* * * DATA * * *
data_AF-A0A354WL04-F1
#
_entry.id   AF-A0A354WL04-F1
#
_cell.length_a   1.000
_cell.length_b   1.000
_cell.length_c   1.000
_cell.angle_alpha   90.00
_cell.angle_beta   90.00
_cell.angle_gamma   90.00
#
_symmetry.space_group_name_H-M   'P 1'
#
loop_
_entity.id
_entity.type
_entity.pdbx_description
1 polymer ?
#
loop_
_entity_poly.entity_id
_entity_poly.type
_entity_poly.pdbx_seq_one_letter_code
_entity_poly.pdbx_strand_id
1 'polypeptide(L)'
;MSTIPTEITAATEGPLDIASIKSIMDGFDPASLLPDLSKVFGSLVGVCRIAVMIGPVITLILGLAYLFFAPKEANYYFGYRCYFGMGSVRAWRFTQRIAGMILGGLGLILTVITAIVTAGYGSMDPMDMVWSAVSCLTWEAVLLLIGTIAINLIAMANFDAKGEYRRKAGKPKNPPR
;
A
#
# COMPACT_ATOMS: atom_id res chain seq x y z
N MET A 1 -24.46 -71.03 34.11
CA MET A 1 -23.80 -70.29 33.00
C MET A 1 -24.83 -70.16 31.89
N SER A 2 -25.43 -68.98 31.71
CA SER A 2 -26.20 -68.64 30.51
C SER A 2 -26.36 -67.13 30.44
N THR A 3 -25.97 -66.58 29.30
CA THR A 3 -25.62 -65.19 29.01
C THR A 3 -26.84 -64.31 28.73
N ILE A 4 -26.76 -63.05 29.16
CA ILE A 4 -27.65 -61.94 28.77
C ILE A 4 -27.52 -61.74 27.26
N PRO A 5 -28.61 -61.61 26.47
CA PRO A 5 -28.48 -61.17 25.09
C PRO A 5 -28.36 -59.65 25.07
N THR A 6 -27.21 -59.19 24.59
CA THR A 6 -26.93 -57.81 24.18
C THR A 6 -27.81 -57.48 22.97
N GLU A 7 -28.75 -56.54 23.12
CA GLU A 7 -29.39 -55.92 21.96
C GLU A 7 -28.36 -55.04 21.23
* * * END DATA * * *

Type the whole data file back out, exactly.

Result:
data_AF-A0A354WL04-F1
#
_entry.id   AF-A0A354WL04-F1
#
_cell.length_a   1.000
_cell.length_b   1.000
_cell.length_c   1.000
_cell.angle_alpha   90.00
_cell.angle_beta   90.00
_cell.angle_gamma   90.00
#
_symmetry.space_group_name_H-M   'P 1'
#
loop_
_entity.id
_entity.type
_entity.pdbx_description
1 polymer ?
#
loop_
_entity_poly.entity_id
_entity_poly.type
_entity_poly.pdbx_seq_one_letter_code
_entity_poly.pdbx_strand_id
1 'polypeptide(L)'
;MSTIPTEITAATEGPLDIASIKSIMDGFDPASLLPDLSKVFGSLVGVCRIAVMIGPVITLILGLAYLFFAPKEANYYFGYRCYFGMGSVRAWRFTQRIAGMILGGLGLILTVITAIVTAGYGSMDPMDMVWSAVSCLTWEAVLLLIGTIAINLIAMANFDAKGEYRRKAGKPKNPPR
;
A
#
# COMPACT_ATOMS: atom_id res chain seq x y z
N MET A 1 -24.46 -71.03 34.11
CA MET A 1 -23.80 -70.29 33.00
C MET A 1 -24.83 -70.16 31.89
N SER A 2 -25.43 -68.98 31.71
CA SER A 2 -26.20 -68.64 30.51
C SER A 2 -26.36 -67.13 30.44
N THR A 3 -25.97 -66.58 29.30
CA THR A 3 -25.62 -65.19 29.01
C THR A 3 -26.84 -64.31 28.73
N ILE A 4 -26.76 -63.05 29.16
CA ILE A 4 -27.65 -61.94 28.77
C ILE A 4 -27.52 -61.74 27.26
N PRO A 5 -28.61 -61.61 26.47
CA PRO A 5 -28.48 -61.17 25.09
C PRO A 5 -28.36 -59.65 25.07
N THR A 6 -27.21 -59.19 24.59
CA THR A 6 -26.93 -57.81 24.18
C THR A 6 -27.81 -57.48 22.97
N GLU A 7 -28.75 -56.54 23.12
CA GLU A 7 -29.39 -55.92 21.96
C GLU A 7 -28.36 -55.04 21.23